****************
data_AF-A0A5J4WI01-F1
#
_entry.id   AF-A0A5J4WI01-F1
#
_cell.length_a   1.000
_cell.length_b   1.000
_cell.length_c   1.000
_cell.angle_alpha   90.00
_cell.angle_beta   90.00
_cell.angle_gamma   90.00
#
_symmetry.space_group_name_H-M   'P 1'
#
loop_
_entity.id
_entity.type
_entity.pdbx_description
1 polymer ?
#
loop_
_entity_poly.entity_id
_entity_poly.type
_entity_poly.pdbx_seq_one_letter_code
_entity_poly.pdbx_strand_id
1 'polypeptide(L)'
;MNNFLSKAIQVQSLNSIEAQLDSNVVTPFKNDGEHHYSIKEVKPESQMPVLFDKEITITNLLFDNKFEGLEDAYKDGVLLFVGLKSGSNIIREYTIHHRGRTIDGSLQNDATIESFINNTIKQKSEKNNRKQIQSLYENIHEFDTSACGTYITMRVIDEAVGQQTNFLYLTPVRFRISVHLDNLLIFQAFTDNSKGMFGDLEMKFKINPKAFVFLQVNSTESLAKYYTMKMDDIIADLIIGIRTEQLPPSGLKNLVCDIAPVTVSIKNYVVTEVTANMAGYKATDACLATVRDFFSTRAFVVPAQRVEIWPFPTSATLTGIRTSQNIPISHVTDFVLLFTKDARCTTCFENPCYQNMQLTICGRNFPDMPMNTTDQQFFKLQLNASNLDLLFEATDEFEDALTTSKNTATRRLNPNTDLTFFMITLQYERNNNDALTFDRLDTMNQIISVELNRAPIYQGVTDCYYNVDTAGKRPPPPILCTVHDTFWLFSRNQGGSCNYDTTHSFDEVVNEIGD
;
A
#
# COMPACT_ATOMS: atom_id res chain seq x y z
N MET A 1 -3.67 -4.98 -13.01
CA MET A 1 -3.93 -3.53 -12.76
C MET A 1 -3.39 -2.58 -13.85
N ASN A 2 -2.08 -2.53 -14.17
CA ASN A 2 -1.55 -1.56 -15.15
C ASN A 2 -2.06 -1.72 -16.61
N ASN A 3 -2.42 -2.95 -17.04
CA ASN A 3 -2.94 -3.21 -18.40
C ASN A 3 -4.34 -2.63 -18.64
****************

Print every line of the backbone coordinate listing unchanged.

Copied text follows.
data_AF-A0A5J4WI01-F1
#
_entry.id   AF-A0A5J4WI01-F1
#
_cell.length_a   1.000
_cell.length_b   1.000
_cell.length_c   1.000
_cell.angle_alpha   90.00
_cell.angle_beta   90.00
_cell.angle_gamma   90.00
#
_symmetry.space_group_name_H-M   'P 1'
#
loop_
_entity.id
_entity.type
_entity.pdbx_description
1 polymer ?
#
loop_
_entity_poly.entity_id
_entity_poly.type
_entity_poly.pdbx_seq_one_letter_code
_entity_poly.pdbx_strand_id
1 'polypeptide(L)'
;MNNFLSKAIQVQSLNSIEAQLDSNVVTPFKNDGEHHYSIKEVKPESQMPVLFDKEITITNLLFDNKFEGLEDAYKDGVLLFVGLKSGSNIIREYTIHHRGRTIDGSLQNDATIESFINNTIKQKSEKNNRKQIQSLYENIHEFDTSACGTYITMRVIDEAVGQQTNFLYLTPVRFRISVHLDNLLIFQAFTDNSKGMFGDLEMKFKINPKAFVFLQVNSTESLAKYYTMKMDDIIADLIIGIRTEQLPPSGLKNLVCDIAPVTVSIKNYVVTEVTANMAGYKATDACLATVRDFFSTRAFVVPAQRVEIWPFPTSATLTGIRTSQNIPISHVTDFVLLFTKDARCTTCFENPCYQNMQLTICGRNFPDMPMNTTDQQFFKLQLNASNLDLLFEATDEFEDALTTSKNTATRRLNPNTDLTFFMITLQYERNNNDALTFDRLDTMNQIISVELNRAPIYQGVTDCYYNVDTAGKRPPPPILCTVHDTFWLFSRNQGGSCNYDTTHSFDEVVNEIGD
;
A
#
# COMPACT_ATOMS: atom_id res chain seq x y z
N MET A 1 -3.67 -4.98 -13.01
CA MET A 1 -3.93 -3.53 -12.76
C MET A 1 -3.39 -2.58 -13.85
N ASN A 2 -2.08 -2.53 -14.17
CA ASN A 2 -1.55 -1.56 -15.15
C ASN A 2 -2.06 -1.72 -16.61
N ASN A 3 -2.42 -2.95 -17.04
CA ASN A 3 -2.94 -3.21 -18.40
C ASN A 3 -4.34 -2.63 -18.64